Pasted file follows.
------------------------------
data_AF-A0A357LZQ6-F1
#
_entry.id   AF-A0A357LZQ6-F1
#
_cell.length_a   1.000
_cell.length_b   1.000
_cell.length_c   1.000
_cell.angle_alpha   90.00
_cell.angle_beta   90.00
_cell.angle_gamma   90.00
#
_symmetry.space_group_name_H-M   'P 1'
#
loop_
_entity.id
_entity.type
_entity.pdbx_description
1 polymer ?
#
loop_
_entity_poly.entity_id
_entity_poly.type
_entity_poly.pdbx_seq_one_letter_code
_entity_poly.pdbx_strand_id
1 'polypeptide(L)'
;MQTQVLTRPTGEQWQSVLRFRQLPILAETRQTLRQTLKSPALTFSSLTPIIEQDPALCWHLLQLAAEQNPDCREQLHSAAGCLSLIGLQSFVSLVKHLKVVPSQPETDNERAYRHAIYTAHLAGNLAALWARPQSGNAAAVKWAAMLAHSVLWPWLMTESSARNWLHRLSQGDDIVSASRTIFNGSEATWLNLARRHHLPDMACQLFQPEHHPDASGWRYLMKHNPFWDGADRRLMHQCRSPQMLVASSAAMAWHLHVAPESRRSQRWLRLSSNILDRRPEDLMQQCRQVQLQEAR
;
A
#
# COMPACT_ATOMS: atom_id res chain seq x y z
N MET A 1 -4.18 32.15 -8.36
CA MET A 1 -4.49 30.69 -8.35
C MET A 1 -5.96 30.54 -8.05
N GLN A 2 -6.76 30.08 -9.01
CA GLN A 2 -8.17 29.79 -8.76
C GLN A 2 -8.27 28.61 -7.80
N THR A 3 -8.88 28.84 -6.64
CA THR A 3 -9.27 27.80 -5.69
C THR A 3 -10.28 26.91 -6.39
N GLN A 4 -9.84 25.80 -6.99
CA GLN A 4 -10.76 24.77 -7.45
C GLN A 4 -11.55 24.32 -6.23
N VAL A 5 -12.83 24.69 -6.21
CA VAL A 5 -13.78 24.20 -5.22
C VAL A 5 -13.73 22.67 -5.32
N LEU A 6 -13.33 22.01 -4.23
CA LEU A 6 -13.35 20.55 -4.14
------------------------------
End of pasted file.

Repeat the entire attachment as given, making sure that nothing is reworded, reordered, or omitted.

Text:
data_AF-A0A357LZQ6-F1
#
_entry.id   AF-A0A357LZQ6-F1
#
_cell.length_a   1.000
_cell.length_b   1.000
_cell.length_c   1.000
_cell.angle_alpha   90.00
_cell.angle_beta   90.00
_cell.angle_gamma   90.00
#
_symmetry.space_group_name_H-M   'P 1'
#
loop_
_entity.id
_entity.type
_entity.pdbx_description
1 polymer ?
#
loop_
_entity_poly.entity_id
_entity_poly.type
_entity_poly.pdbx_seq_one_letter_code
_entity_poly.pdbx_strand_id
1 'polypeptide(L)'
;MQTQVLTRPTGEQWQSVLRFRQLPILAETRQTLRQTLKSPALTFSSLTPIIEQDPALCWHLLQLAAEQNPDCREQLHSAAGCLSLIGLQSFVSLVKHLKVVPSQPETDNERAYRHAIYTAHLAGNLAALWARPQSGNAAAVKWAAMLAHSVLWPWLMTESSARNWLHRLSQGDDIVSASRTIFNGSEATWLNLARRHHLPDMACQLFQPEHHPDASGWRYLMKHNPFWDGADRRLMHQCRSPQMLVASSAAMAWHLHVAPESRRSQRWLRLSSNILDRRPEDLMQQCRQVQLQEAR
;
A
#
# COMPACT_ATOMS: atom_id res chain seq x y z
N MET A 1 -4.18 32.15 -8.36
CA MET A 1 -4.49 30.69 -8.35
C MET A 1 -5.96 30.54 -8.05
N GLN A 2 -6.76 30.08 -9.01
CA GLN A 2 -8.17 29.79 -8.76
C GLN A 2 -8.27 28.61 -7.80
N THR A 3 -8.88 28.84 -6.64
CA THR A 3 -9.27 27.80 -5.69
C THR A 3 -10.28 26.91 -6.39
N GLN A 4 -9.84 25.80 -6.99
CA GLN A 4 -10.76 24.77 -7.45
C GLN A 4 -11.55 24.32 -6.23
N VAL A 5 -12.83 24.69 -6.21
CA VAL A 5 -13.78 24.20 -5.22
C VAL A 5 -13.73 22.67 -5.32
N LEU A 6 -13.33 22.01 -4.23
CA LEU A 6 -13.35 20.55 -4.14